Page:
Mixed grill

Scarecrow Mobius, Monique, and Morley
By JON GARELICK  |  December 1, 2008

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BIG FOUR: The Outpost was just small enough for Bryant, Rivard, Merenda, and Jones.

WFNX Jazz Brunch Top Five
1. Will Bernard, Blue Plate Special [Palmetto]
2. Wave Mechanics Union, Second Season [HX Music]
3. Paul Shapiro, Essen [Tzadik]
4. Buena Vista Social Club, Live at Carnegie Hall [World Circuit]
5. Christian Scott, Live at Newport [Concord]
Dave Bryant stood among the folding chairs in the audience before Scarecrow Mobius's gig at Outpost 186 a week ago Monday night, looked at his two-deck keyboard rig, and mused, "Not pretty, but I guess it will do. I had more room at rehearsal."

The Outpost performance space, booked by indefatigable jazz-and-improv presenter Rob Chalfen, is too small and just about perfect for jazz — living-room-sized. Which means James Merenda, the band's saxophonist, can play unamplified against Bryant's electric keyboards, Mike Rivard's electric bass, and James Kamal Jones's uninhibited drums. Of course, Merenda is no shrinking violet. (Bearded, gregarious, exuberant — is he the Mandy Patinkin of Boston avant-jazz? Just a thought.)

Everyone in Bryant's band is a leader in his own right. He and Jones have logged serious time with Ornette Coleman, so there are some Ornette tunes and some Bryant originals, and when Bryant refers to "old standards," he's talking about a couple of late-'60s Miles Davis–associated electric numbers, "In a Silent Way" (which you can hear mod-thinking jazz bands play once in a blue moon) and A Tribute to Jack Johnson's "Right Off" — which no one plays, ever.

But first up is Ornette's "City Living," with the skittery-fast tight keyboard/sax line over funk bass-and-drums. It's a tune that accelerates quickly, then drifts into the kind of free-fourway collective improv that Ornette's music is designed for and that brings Rivard out of his seat. There's a round of solos, a quieting down to Jones's solo before he cues the theme back with his bass drum, a round of loose fours between Merenda and Bryant, and then the fast theme and a cold stop.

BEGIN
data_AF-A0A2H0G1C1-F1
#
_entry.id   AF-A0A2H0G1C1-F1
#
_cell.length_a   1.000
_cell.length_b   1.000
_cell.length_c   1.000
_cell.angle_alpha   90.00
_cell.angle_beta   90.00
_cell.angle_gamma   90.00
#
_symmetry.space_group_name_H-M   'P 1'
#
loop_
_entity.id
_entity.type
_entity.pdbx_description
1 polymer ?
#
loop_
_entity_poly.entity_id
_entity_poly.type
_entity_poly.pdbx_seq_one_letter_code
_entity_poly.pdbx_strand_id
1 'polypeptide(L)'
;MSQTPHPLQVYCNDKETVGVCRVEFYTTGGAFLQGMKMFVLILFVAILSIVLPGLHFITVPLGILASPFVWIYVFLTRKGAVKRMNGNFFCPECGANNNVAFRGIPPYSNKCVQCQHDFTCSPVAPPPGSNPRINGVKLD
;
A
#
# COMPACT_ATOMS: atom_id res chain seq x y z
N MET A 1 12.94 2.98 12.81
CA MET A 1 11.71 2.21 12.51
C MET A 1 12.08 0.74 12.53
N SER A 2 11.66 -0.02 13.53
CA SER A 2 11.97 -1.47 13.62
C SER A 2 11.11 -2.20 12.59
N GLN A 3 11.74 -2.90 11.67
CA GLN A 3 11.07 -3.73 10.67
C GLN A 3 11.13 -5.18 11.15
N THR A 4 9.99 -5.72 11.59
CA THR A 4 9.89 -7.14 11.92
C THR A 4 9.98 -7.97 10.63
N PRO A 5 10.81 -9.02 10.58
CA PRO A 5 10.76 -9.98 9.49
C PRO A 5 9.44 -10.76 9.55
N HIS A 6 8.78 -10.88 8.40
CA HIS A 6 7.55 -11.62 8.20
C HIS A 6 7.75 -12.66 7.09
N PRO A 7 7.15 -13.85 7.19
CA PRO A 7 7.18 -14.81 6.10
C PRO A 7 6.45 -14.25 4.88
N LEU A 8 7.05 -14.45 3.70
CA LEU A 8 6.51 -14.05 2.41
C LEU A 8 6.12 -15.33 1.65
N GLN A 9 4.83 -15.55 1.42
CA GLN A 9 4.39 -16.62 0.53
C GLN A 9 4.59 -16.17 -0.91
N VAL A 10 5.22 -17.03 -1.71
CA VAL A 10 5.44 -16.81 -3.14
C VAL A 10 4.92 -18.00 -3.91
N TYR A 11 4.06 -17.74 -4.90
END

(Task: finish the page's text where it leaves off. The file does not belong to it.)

Bryant's tunes are as catchy as Ornette's. His "Lime Pickles" floats on a medium tempo that moves in and out of a swing groove, drifts in harmony and rhythm, comes back to cadence and time. Merenda takes the Ornette imperative to heart, playing not patterns or scales but pure melody or, when he works up a head of steam, broad rhythmic gestures. Throughout the set, he tends to stomp and dance and lift the bell of his horn toward the ceiling; at one point he seems about ready to jump up backwards on a folding chair before his leg thinks better of it and comes back down on the floor.

The prize of the first set may have been Merenda's arrangement of "Mob Job," a tune that Ornette has recorded at least a few times. Jones and Merenda play medium-slow long-lined funk, Merenda floating Ornette's odd phrase lengths over the groove, in synch or not, the one constant being the build-up of tension and release as the form crescendos to Jones's cymbal smashes on the turn-around. It's a relaxed, unpredictable off-kilter groove, Jones embellishing freely within it, always coming back to tempo with Rivard, the piece ending with just bass and drums, Jones rocking back and forth between hi-hat and snare, tock and sizzle.

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